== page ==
On a clinical level, the IVF process can vary, depending on the medications used and the additional services and support needed. But on a macro level, the larger healthcare infrastructure has an even bigger role in the variable costs of IVF. This includes where you work, where you live, and your insurance coverage.

Interested in learning more about fertility benefits in your workplace?


Depending on the state or city where the treatment is taking place, the cost of IVF can vary significantly. For example, an IVF cycle may be more expensive in cities with a high cost of living, which translates to high operational costs for medical facilities. Operational costs include rent, utilities, and staff salaries. The demand for fertility treatments and the supply of clinics can also vary from location to location, influencing the availability and price of IVF. For example, the total average cost of IVF in San Francisco is $24,749, and the average cost of IVF in New Jersey is $22,999. Local regulations and policies can also affect the cost of IVF.

Clinic reputation and success rates

Reputable clinics with high success rates may charge more for their services. Because success rates and clinic reputation are important criteria for choosing a clinic, this can drive up the demand for treatments and consequently increase their price.

Insurance coverage for IVF

As of June 2023, 21 states have passed fertility insurance coverage laws. While mandated coverage is becoming more common, there are still gaps and limitations in coverage.

Coverage limitations and exclusions

Many state mandates only provide coverage if certain medical criteria are met, such as the duration of infertility and the number of unsuccessful attempts at getting pregnant. Other mandates include a maximum number of IVF cycles that can be covered by insurance. Some have age restrictions where insurance coverage only applies within a certain age group, usually under 45 or 50. Another common limitation of state-mandated coverage includes a waiting period between treatments and services. This period ranges from a couple of months to more than a year.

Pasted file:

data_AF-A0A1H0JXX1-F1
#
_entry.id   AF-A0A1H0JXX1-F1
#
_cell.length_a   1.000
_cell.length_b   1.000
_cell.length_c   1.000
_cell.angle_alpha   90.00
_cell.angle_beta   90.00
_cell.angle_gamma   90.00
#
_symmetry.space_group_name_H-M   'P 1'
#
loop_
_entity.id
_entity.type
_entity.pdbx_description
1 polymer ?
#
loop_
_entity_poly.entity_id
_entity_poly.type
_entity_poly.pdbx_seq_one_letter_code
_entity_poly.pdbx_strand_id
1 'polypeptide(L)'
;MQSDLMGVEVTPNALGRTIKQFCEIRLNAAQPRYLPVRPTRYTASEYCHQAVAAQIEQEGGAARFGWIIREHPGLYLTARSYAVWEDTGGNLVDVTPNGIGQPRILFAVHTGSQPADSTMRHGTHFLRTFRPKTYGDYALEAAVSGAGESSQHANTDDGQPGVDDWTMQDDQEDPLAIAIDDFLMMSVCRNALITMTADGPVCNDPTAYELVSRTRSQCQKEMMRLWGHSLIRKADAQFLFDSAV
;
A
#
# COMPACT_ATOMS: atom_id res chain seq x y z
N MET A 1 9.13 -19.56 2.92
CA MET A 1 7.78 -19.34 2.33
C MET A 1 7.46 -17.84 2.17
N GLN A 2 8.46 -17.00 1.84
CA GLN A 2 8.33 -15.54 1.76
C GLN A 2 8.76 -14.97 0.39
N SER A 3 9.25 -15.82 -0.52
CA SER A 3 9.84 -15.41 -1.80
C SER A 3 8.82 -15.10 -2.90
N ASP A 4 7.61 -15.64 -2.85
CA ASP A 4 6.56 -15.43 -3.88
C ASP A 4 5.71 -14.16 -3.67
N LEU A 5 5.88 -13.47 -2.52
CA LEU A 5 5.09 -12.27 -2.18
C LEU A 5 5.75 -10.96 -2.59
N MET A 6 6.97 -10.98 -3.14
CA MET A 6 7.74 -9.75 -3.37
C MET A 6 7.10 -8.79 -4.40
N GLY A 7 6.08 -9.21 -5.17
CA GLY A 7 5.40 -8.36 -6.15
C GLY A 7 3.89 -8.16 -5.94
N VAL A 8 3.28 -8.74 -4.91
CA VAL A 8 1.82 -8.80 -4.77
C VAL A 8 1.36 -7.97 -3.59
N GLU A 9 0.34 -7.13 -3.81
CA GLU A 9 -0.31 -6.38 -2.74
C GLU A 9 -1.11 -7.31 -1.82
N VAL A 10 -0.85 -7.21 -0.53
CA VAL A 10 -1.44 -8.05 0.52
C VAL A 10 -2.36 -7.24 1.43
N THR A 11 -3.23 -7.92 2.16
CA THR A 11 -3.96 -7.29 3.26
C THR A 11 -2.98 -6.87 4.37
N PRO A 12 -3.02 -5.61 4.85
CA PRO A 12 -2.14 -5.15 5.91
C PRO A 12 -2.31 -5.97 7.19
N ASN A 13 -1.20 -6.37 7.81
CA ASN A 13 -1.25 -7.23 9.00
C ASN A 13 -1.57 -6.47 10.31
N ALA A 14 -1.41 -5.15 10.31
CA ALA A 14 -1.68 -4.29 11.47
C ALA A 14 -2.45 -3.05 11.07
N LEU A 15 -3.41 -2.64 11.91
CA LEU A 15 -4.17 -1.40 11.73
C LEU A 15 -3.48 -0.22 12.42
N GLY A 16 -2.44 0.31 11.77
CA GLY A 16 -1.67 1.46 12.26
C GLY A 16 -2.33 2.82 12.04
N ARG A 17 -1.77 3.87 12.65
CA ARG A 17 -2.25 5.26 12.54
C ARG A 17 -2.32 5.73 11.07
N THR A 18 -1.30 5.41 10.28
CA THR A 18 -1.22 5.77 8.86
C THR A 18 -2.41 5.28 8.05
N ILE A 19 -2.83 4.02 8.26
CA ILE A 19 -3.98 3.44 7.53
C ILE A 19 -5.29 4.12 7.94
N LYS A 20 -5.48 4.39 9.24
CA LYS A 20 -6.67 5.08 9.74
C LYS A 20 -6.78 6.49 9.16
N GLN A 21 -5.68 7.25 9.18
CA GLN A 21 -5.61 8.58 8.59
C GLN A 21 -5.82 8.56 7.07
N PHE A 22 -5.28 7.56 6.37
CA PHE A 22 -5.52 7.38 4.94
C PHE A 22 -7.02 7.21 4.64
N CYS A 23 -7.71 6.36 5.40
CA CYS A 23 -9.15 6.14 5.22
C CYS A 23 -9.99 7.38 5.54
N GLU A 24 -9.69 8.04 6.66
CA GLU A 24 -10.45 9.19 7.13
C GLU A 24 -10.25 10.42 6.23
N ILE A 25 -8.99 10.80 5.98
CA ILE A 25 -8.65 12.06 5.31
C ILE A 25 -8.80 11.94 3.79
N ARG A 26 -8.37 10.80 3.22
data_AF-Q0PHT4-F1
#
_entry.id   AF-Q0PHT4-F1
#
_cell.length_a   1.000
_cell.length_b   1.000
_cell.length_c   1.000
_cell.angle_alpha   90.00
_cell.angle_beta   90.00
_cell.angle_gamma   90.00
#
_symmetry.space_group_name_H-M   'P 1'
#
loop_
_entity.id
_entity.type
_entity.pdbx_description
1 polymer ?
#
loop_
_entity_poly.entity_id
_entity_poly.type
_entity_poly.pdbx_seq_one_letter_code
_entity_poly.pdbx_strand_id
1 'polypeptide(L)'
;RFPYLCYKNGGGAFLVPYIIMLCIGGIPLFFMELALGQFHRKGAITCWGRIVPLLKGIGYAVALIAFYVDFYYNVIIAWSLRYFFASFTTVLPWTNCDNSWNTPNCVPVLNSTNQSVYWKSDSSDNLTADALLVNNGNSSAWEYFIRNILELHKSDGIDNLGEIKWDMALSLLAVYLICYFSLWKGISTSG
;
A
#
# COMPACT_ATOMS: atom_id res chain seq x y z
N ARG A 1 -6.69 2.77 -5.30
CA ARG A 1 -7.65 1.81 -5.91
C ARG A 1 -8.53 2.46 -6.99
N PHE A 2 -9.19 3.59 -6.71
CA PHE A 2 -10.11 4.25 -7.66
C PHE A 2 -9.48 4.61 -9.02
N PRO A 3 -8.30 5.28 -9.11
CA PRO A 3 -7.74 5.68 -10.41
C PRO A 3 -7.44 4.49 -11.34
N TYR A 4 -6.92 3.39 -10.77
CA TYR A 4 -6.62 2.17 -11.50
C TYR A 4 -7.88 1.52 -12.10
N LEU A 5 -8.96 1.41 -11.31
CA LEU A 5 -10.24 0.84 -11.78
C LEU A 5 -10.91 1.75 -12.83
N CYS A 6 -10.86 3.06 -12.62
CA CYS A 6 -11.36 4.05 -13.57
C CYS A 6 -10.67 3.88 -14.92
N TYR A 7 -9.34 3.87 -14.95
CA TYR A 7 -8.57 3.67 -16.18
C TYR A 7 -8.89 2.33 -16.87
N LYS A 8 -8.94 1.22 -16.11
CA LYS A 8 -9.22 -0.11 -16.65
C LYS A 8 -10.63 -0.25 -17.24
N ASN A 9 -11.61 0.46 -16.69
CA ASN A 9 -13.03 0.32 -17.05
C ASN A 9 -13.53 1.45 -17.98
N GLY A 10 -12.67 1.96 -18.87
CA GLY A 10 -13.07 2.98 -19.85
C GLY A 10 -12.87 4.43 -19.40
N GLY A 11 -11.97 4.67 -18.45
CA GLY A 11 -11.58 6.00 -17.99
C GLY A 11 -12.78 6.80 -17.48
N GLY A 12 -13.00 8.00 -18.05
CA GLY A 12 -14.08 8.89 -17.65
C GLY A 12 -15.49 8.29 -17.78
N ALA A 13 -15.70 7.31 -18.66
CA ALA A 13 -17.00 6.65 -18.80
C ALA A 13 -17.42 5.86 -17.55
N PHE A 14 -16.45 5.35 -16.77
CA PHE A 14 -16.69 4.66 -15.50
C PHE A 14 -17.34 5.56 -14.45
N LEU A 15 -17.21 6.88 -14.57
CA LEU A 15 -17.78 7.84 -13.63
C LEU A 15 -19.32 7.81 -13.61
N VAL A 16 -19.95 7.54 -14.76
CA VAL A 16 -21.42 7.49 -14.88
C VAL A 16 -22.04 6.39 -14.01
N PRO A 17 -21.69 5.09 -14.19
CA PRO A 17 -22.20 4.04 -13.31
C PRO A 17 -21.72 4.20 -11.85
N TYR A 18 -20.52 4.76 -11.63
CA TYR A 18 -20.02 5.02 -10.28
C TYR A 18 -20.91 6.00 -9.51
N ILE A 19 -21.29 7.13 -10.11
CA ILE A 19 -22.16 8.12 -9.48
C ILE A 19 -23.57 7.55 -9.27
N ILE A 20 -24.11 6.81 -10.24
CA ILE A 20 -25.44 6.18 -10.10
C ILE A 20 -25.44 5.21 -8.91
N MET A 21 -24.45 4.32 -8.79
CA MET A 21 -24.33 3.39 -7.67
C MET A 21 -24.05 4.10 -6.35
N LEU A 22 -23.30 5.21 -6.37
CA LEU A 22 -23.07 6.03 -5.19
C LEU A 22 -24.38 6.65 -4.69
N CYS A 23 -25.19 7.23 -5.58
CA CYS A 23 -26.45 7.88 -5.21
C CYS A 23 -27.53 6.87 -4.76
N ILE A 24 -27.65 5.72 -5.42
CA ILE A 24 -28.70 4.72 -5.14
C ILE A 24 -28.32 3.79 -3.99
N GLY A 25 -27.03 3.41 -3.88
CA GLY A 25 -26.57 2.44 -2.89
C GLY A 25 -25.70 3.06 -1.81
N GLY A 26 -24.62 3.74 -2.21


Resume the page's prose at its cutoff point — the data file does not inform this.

Financial assistance programs

There are several financial assistance programs available to help those pursuing IVF. Some are through private grants and foundations, while others are government funded. For example, the state of New York provides a total of $1 million each year to those who earn less than $195,000 and are good candidates for IVF. Clinics receive these funds and can then subsidize costs for certain patients.

Employer benefits

Employer-sponsored fertility benefits can fill in the gaps in coverage and help people pay for care and services. With a comprehensive and inclusive fertility platform like Carrot, employees can receive personalized support and education to navigate the costs and complexities of IVF and other family-forming journeys. With Carrot, members going through IVF can do the following:

  • Receive employer-sponsored funds to alleviate the financial burden of IVF
  • Speak with fertility experts and care navigators who are available to answer questions and help navigate options and costs
  • Receive single-embryo-transfer education that provides step-by-step guidance on the process and importance of a single embryo transfer
  • Get support for all fertility and family-forming journeys, including gestational surrogacy, donor-assisted reproduction, adoption, and more

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Continued reading

What a pharmacist wants you to know about fertility medications

What is IUI: A guide to intrauterine insemination

Embryo donation explained: What you need to know